By Sean Stewart-Muniz of The Real Deal
Miami’s residential real estate sector is still sending mixed signals, though one seems clear: don’t expect many broken sales records in 2016.
The city — including luxury enclaves on both the mainland and Miami Beach — experienced a big slowdown in sales activity during the final quarter of 2015, while pricing trends swayed depending on the neighborhood, according to fourth quarter 2015 Elliman reports.
For Miami, the data shows one major trend: the residential market has slowed.
“The market has transitioned out of this sort of frenzied situation from the last couple years to something that’s not as robust,” Jonathan Miller, president of Miller Samuel and author of the report, told The Real Deal.
On Miami’s coastal mainland, which includes markets east of I-95, sales fell significantly year-over-year. A total of 1,876 single-family homes traded during the fourth quarter, down almost 14 percent compared to the same time period in 2014.
Condos fared similarly: 2,225 units were sold at the end of 2015, down 16.1 percent from the previous year.
Miller said much of that slowed activity is due to fewer distressed sales. Now that the housing economy has seen several years of recovery, foreclosures and short sales have gradually been flushed from the market by stronger homeowners who typically pay cash.
Distressed condo sales on the mainland were down a whopping 41 percent year-over-year: 466 distressed units traded in the fourth quarter, compared to 790 in 2014.
And the numbers for distressed single-family homes told a similar story. There were nearly 39 percent fewer sales year-over-year — down to 482 at the end of 2015, compared to 786 the prior year.
Not all of the market’s slowdown is due to a lack of distressed properties, though. A strong U.S. dollar has had a chilling effect on purchases from wealthy foreigners, whose own currencies have been flailing as much of the global community heads toward another economic slump. Those currency trends mean it becomes pricier for a foreigner to pick up U.S. real estate, which can work against a property’s attractiveness as an investment or as a safe place to park money.
Meanwhile, prices for a single-family homes on the mainland hit a bump in the road during 2015’s fourth quarter: homes sold for an average of $419,614 at the end of the year, down 5.6 percent from the previous quarter — even though home prices are up compared to last year. While home prices fell, condo prices held steady during the fourth quarter. The average sales price of a unit was $343,123 — down a fraction of a percent quarter-to-quarter, and falling by 1.5 percent year-over-year.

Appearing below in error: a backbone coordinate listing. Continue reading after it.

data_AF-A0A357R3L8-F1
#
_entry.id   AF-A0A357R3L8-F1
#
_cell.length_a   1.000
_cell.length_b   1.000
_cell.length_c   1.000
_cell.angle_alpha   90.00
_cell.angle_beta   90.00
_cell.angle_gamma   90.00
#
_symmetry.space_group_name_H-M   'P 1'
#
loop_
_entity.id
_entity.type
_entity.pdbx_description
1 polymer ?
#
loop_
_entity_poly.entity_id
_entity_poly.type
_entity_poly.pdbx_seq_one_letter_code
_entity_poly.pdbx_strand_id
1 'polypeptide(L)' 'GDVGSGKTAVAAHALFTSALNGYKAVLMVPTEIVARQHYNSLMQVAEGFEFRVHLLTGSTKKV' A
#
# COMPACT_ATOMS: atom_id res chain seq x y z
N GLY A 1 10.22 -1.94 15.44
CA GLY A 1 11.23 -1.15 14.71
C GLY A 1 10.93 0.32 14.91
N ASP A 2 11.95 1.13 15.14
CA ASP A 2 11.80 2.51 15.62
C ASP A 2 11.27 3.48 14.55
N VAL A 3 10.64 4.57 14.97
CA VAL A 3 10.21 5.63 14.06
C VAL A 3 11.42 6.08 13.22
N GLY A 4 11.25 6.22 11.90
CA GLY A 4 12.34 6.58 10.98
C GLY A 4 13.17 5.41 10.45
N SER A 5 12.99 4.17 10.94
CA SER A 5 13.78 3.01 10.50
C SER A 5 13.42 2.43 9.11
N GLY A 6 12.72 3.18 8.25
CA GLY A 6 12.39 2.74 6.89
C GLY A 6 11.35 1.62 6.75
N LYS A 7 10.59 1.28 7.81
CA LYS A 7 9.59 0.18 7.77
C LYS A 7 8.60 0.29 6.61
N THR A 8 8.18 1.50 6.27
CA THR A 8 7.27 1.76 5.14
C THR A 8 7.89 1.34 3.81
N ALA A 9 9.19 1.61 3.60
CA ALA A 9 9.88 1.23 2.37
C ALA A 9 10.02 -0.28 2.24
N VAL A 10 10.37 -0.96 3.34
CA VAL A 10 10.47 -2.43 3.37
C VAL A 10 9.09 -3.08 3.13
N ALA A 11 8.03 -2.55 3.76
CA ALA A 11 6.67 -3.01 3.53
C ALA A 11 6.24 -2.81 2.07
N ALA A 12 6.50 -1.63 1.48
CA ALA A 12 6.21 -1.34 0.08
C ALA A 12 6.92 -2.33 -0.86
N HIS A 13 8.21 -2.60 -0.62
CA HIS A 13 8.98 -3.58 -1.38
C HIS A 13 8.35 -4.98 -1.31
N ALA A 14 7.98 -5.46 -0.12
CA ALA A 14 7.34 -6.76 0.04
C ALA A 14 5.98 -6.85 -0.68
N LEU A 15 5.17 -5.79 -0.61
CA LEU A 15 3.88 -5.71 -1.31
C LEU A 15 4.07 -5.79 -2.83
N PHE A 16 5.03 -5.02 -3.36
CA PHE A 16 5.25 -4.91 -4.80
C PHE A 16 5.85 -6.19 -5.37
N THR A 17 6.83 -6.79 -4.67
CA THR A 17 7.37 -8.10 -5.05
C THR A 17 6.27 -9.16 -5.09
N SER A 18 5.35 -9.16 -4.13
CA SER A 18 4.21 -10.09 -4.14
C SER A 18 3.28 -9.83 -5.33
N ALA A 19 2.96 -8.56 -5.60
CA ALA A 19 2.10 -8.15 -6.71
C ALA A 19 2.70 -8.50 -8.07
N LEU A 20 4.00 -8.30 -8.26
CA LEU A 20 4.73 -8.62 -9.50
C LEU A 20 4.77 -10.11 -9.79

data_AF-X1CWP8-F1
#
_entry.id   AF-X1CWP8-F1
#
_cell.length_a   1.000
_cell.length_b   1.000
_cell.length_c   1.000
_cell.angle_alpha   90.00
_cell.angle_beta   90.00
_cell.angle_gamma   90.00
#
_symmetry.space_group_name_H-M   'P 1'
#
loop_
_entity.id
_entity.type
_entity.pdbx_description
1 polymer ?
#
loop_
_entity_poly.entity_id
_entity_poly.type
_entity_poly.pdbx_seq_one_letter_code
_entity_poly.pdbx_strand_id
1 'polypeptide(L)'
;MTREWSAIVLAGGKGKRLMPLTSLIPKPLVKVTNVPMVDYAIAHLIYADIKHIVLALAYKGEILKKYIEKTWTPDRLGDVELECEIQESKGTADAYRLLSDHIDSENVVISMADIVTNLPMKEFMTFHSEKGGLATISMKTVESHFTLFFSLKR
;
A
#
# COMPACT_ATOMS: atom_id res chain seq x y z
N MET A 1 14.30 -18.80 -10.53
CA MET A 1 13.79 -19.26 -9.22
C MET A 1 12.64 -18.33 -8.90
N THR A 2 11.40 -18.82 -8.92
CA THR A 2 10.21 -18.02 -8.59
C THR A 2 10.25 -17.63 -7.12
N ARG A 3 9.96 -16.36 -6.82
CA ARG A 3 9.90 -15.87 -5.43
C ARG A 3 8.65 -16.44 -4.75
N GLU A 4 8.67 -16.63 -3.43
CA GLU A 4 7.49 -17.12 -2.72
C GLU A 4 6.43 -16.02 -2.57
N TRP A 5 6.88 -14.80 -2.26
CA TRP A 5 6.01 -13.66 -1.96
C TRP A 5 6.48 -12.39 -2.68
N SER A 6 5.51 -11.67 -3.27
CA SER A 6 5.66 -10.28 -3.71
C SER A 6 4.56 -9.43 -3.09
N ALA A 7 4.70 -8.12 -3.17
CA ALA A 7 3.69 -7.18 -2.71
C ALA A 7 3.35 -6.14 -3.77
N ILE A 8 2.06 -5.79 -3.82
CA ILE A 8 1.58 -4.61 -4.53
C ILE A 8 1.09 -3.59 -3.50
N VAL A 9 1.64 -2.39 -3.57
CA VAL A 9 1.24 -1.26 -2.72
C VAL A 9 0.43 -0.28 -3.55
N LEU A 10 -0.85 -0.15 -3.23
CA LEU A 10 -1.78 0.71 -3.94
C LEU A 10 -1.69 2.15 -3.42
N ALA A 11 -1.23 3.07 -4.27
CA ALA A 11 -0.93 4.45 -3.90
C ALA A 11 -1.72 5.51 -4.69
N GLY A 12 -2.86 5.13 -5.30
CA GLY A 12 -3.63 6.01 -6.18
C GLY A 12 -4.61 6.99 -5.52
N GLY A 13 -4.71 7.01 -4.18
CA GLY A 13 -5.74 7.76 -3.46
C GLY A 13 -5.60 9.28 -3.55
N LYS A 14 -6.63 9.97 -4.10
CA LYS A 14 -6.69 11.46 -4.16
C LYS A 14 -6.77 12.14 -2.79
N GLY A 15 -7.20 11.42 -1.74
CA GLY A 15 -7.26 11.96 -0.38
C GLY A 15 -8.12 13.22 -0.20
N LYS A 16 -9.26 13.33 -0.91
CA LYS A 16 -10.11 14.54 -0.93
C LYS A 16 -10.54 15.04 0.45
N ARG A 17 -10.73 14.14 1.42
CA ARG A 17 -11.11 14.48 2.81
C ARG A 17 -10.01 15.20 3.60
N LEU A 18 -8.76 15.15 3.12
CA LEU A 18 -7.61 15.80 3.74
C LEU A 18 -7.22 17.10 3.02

On top of these reduced sales figures is a huge influx of new condos hitting the market. There were 8,259 units listed for sale during the fourth quarter, up 12 percent from the year before.
With all those new units to choose from, Miller said people tend to take longer before making a purchase decision — which could explain why units are selling much more slowly compared to the hotter years of 2013 and 2014.
Single-family homes actually experienced the opposite trend in 2015’s final few months: there were 3,327 properties on the market during the fourth quarter, marking a 7.4 percent reduction in inventory year-over-year.
“The sense of urgency is not the same,” Miller said. “That’s the period we’re in now — it’s not this frenetic pace that we’ve grown accustomed to over the past three or four years.”
While the mainland has begun slowing, its ritzy island counterpart is facing more troubling numbers.
Sales for both condos and single-family homes in Miami Beach were down significantly and new inventory continues to surge into the market.
For condos, there were almost 29 percent more new listings at the end of 2015 compared to the previous year. A total of 4,512 units were listed for sale during the fourth quarter, up from the 3,504 listed in the same timeframe during 2014.
Miami Beach’s listings marked the singular upward trend for condos. Condo sales totaled 765 units during the fourth quarter, nearly a 20 percent drop from the 950 sold at the end of 2014.
Average prices have also started to curve downward. The average closing price for a unit was $695,325 — a 10 percent decrease from the fourth quarter of 2014.
On the other hand, prices for single-family homes have practically exploded. The average closing price for a Miami Beach house was a whopping $3.35 million during the fourth quarter — that’s a 67.3 percent increase from the year before.
That pricing surge could explain the next two trends: only 80 Miami Beach homes sold during the fourth quarter, nearly 28 percent fewer from the final months of 2014.
Meanwhile, almost 37 percent more homes were for sale at the end of 2015. The number of active homes for sale grew from 480 in 2014 to 656 during 2015. Attractive pricing can pull sellers into the market.
All that new inventory has pushed Miami Beach’s absorption rate to 17.7 months for condos and 24.6 months for single-family homes. For reference, a healthy market is said to typically hover between six and nine months.
But these figures aren’t necessarily heralding another recession. Miller said the market could be correcting itself after years of overheated activity.
“The market has shifted to the next stage where there’s stabilized pricing and a lower level of sales activity,” he said. “It’s a more sustainable pace than what we had a year ago. It’s just unclear how long we’ll be in this period.”
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